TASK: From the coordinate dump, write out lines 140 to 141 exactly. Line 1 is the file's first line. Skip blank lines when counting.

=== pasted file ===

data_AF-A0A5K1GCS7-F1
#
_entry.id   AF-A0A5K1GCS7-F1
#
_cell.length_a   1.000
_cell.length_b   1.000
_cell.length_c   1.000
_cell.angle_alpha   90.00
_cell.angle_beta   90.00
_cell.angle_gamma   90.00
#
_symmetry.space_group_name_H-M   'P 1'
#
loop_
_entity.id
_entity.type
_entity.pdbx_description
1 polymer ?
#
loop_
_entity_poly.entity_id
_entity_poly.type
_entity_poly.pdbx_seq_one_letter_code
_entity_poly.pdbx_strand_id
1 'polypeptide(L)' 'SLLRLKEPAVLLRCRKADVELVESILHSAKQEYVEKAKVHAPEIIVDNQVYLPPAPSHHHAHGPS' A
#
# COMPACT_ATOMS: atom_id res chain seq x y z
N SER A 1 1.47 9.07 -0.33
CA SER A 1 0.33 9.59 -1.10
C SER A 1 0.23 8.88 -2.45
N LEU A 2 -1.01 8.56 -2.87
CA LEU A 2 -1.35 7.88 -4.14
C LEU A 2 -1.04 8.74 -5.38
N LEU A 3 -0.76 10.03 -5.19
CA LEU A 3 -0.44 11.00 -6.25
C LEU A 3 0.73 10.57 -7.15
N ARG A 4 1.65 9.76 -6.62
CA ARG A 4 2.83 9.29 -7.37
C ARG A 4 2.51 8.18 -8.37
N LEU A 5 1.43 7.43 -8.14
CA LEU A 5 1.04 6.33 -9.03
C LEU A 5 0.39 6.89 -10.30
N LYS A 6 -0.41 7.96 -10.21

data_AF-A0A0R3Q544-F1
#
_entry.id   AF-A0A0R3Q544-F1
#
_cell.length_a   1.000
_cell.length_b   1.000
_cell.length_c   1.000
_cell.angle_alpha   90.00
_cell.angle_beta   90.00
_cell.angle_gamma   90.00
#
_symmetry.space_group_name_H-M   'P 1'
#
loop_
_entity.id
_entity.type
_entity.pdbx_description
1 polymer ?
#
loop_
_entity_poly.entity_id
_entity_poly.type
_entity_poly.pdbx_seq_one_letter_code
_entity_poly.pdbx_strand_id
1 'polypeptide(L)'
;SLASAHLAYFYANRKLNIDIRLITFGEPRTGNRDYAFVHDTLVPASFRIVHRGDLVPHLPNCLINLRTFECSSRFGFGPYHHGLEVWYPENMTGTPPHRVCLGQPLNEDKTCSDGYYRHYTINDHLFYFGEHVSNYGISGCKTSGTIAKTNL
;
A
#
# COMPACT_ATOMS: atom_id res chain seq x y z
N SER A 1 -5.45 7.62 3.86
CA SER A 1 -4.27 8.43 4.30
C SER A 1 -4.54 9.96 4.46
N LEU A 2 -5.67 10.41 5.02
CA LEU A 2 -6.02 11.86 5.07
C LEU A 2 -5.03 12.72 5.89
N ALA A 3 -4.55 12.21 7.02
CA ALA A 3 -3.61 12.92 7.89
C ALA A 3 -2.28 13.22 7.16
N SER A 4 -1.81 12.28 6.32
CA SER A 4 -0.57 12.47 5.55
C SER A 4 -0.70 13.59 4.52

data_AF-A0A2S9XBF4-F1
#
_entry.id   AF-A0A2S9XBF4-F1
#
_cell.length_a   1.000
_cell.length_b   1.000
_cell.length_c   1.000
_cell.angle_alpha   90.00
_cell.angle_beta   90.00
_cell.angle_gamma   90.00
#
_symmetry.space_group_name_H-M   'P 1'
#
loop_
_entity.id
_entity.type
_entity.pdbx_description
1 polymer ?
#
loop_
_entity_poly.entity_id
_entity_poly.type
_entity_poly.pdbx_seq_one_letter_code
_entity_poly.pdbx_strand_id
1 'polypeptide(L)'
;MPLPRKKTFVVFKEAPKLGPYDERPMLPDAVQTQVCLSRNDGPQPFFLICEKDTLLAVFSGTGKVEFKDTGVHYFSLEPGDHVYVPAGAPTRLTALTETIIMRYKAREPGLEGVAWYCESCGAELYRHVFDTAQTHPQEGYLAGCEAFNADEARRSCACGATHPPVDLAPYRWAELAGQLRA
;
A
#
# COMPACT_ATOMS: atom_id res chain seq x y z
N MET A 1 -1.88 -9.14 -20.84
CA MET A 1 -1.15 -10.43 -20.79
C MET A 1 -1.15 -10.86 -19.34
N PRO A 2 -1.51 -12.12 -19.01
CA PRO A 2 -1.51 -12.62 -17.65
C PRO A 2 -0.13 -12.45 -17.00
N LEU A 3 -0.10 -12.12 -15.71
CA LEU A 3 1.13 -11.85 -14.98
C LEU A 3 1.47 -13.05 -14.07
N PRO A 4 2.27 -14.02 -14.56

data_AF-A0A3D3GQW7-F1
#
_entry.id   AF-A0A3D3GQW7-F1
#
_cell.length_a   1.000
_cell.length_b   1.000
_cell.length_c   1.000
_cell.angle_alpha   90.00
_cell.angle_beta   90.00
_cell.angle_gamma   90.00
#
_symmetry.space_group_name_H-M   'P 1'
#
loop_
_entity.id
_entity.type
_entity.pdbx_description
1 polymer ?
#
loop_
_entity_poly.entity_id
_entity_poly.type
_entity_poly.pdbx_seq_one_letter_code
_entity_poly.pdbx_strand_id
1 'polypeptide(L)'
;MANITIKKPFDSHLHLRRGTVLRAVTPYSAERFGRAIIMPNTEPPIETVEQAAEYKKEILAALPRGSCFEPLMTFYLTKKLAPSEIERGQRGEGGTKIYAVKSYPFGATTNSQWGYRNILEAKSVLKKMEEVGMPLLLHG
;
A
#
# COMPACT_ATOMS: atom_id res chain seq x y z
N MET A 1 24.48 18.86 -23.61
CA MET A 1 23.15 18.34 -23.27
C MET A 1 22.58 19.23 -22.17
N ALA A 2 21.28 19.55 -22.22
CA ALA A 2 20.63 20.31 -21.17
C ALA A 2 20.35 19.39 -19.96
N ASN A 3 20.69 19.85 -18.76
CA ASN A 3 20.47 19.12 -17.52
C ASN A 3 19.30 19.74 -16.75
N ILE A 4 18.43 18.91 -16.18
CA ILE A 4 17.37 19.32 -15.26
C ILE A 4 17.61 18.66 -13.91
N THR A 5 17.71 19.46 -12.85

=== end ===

_entity.id
_entity.type